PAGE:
I was working on a program at the picnic table today when the rain kicked up again. It’s been raining here for about a day and a half and is expected continue for a few more. We had a break in the rain and I figured that I would get out of the van for a bit, but got caught outside.
We recently bought a tarp and some poles for our camping gear. The tarp is mostly to let people know that there is someone already camped in this site when we are in town. Today it kept my computer and me mostly dry.
You can’t really tell from the photo, but the rain was coming down in buckets. I was really surprised to see the deer hunters out in this kind of weather. I suppose they were probably surprised to see some guy working at a computer in it. I felt sorry for the dogs the most though. The hunting dogs that is.
This little girl had about had enough of it and was more interested in sniffing the grease drippings in my fire pit.
One of the things that greatly surprised me was how deer hunting in the deep south was so much different than how we do it in the midwest. Firstly, they almost completely hunt from their pickup trucks. It isn’t illegal to shoot across a road down here or to have a loaded gun in the vehicle. Heck, about half the pickups I see down here have a seat mounted in the bed of the truck to sit on and shoot from. They look like some kinda 4x4 bass boat or something. Oh, and everyone uses a high-power rifle.
The other thing they do is use dogs to run the deer. Some of the more responsible hunters put radio collars on the dogs and track them. You’ll see them with what look like old TV antenna’s, waiving them around the outside of their pickup trucks trying to track the dogs. This is the same stuff we used to watch Jim put on a lion in Mutual of Omaha’s Wild Kingdom.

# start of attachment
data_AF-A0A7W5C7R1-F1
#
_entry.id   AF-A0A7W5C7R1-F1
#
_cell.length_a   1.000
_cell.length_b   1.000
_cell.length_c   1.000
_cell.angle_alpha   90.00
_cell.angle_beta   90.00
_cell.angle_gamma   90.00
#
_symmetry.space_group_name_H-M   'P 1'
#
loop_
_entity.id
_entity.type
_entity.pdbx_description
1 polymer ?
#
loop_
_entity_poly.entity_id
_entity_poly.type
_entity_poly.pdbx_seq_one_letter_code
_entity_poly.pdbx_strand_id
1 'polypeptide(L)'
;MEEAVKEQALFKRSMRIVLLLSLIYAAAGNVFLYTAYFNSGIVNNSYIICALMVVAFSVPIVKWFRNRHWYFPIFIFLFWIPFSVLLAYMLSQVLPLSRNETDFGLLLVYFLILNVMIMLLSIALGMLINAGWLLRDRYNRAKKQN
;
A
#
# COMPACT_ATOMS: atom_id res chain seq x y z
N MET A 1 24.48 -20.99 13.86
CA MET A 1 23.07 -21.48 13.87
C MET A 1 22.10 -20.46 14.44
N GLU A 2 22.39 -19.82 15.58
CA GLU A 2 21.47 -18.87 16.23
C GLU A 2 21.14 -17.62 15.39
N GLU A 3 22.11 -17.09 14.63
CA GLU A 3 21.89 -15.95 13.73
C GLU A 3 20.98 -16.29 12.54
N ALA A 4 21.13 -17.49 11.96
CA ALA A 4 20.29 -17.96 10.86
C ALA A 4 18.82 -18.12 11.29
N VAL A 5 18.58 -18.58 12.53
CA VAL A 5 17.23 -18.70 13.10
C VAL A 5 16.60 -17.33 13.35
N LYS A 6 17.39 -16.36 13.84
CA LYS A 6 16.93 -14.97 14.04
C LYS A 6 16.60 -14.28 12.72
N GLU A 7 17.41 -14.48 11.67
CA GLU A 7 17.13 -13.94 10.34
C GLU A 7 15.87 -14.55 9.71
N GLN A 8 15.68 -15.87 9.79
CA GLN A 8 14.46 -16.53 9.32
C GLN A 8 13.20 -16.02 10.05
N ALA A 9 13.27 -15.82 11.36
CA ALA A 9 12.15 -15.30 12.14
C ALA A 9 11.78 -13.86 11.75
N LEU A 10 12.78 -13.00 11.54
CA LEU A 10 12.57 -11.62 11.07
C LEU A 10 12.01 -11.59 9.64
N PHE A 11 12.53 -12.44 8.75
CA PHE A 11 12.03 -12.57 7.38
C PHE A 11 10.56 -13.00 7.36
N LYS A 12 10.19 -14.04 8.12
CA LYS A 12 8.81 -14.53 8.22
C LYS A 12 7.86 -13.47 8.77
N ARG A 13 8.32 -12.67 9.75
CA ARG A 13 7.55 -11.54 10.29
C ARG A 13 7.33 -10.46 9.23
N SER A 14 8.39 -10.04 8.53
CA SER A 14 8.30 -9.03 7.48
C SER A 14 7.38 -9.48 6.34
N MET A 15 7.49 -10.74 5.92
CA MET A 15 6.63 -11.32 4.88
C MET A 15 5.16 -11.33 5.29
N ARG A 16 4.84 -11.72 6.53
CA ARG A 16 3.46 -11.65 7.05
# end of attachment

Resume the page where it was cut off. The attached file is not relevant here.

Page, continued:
Some guys don’t use the radio collars. There are these cages about every other corner on the gravel roads that say “Lost Dogs” in them. If you find a dog, you’re supposed to put it in the box and hope someone comes along and claims it.
The other thing I found surprising was how small the deer are here. I hear that if you get one over 100lbs, you got a good one. Maybe hunting small deer with dogs, pickups, and high-power rifles is more common than I knew about. It was all new to me and I found it all a little strange.
We visited Charleston on our way south into Florida. It was a beautiful city. We parked the van in an overnight public parking spot and walked around the downtown area. It was pricy parking spot at $30, but it is still cheaper than most camping sites, hotel rooms, and police station visits.
Most of you know that Nic and I like to go out and have a good time. With trying to get into shape we came up with a new regimen that cut beer out of our diet. Mostly that is. We allow ourselves a night of drinking every other Saturday. Our visit to Charleston landed on that. Since we had permission from ourselves to party and a safe place to sleep, we walked around Charleston and bar hopped.
We checkout out the bay and saw the sites. We didn’t take a carriage ride which seemed to be the big tourist thing to do in Charleston. The carriages were so prevalent that the parking lot we were parked at reeked of horse piss until they hosed it down at the end of the day.
No trip for Nic and I would be complete it seems without a stupid sign. You couldn’t drown in this fountain if you were face down and someone was pushing your head down.